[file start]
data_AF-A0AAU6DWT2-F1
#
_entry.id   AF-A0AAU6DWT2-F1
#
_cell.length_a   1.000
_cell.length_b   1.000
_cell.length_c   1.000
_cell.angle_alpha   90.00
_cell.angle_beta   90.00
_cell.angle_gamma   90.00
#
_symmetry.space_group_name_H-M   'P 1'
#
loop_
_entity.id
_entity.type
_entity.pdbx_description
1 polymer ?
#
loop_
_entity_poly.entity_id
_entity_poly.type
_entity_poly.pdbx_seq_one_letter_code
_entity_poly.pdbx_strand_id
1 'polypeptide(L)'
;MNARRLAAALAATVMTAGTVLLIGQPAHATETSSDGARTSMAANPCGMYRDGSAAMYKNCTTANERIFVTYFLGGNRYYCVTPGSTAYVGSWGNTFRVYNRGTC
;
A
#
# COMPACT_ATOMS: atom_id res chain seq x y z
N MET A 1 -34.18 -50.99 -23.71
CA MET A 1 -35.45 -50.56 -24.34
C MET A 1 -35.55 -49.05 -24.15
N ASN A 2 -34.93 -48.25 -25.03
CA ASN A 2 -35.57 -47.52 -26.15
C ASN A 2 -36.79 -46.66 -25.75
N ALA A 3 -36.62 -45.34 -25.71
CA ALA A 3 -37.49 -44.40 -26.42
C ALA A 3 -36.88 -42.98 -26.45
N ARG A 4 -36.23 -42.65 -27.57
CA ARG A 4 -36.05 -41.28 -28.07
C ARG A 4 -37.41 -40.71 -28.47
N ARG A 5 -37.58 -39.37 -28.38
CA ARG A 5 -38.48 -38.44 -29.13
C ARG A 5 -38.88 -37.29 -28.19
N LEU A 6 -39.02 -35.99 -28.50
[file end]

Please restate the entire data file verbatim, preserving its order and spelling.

data_AF-A0AAU6DWT2-F1
#
_entry.id   AF-A0AAU6DWT2-F1
#
_cell.length_a   1.000
_cell.length_b   1.000
_cell.length_c   1.000
_cell.angle_alpha   90.00
_cell.angle_beta   90.00
_cell.angle_gamma   90.00
#
_symmetry.space_group_name_H-M   'P 1'
#
loop_
_entity.id
_entity.type
_entity.pdbx_description
1 polymer ?
#
loop_
_entity_poly.entity_id
_entity_poly.type
_entity_poly.pdbx_seq_one_letter_code
_entity_poly.pdbx_strand_id
1 'polypeptide(L)'
;MNARRLAAALAATVMTAGTVLLIGQPAHATETSSDGARTSMAANPCGMYRDGSAAMYKNCTTANERIFVTYFLGGNRYYCVTPGSTAYVGSWGNTFRVYNRGTC
;
A
#
# COMPACT_ATOMS: atom_id res chain seq x y z
N MET A 1 -34.18 -50.99 -23.71
CA MET A 1 -35.45 -50.56 -24.34
C MET A 1 -35.55 -49.05 -24.15
N ASN A 2 -34.93 -48.25 -25.03
CA ASN A 2 -35.57 -47.52 -26.15
C ASN A 2 -36.79 -46.66 -25.75
N ALA A 3 -36.62 -45.34 -25.71
CA ALA A 3 -37.49 -44.40 -26.42
C ALA A 3 -36.88 -42.98 -26.45
N ARG A 4 -36.23 -42.65 -27.57
CA ARG A 4 -36.05 -41.28 -28.07
C ARG A 4 -37.41 -40.71 -28.47
N ARG A 5 -37.58 -39.37 -28.38
CA ARG A 5 -38.48 -38.44 -29.13
C ARG A 5 -38.88 -37.29 -28.19
N LEU A 6 -39.02 -35.99 -28.50